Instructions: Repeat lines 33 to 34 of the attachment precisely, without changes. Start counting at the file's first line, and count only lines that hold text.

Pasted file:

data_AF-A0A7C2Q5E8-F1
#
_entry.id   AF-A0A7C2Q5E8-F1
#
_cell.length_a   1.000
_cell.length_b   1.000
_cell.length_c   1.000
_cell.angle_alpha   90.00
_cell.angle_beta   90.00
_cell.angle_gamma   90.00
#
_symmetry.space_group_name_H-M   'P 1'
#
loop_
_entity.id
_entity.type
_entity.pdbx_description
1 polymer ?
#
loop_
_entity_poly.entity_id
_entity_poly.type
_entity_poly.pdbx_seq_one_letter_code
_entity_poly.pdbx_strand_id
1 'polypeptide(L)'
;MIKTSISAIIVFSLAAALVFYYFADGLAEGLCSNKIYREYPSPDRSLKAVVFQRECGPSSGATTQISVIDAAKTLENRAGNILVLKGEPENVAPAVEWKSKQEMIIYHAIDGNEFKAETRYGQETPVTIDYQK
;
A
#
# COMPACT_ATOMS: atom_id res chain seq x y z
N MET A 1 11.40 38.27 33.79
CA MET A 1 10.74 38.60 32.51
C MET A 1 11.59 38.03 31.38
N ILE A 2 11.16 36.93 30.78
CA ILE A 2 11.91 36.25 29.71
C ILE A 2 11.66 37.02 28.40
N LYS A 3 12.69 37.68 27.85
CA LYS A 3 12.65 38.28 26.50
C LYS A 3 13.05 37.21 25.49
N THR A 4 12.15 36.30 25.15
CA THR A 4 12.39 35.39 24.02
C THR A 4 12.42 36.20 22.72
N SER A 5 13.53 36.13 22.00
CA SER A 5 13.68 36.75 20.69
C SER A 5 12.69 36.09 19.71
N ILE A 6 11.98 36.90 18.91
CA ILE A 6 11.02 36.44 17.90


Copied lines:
C MET A 1 11.59 38.03 31.38
N ILE A 2 11.16 36.93 30.78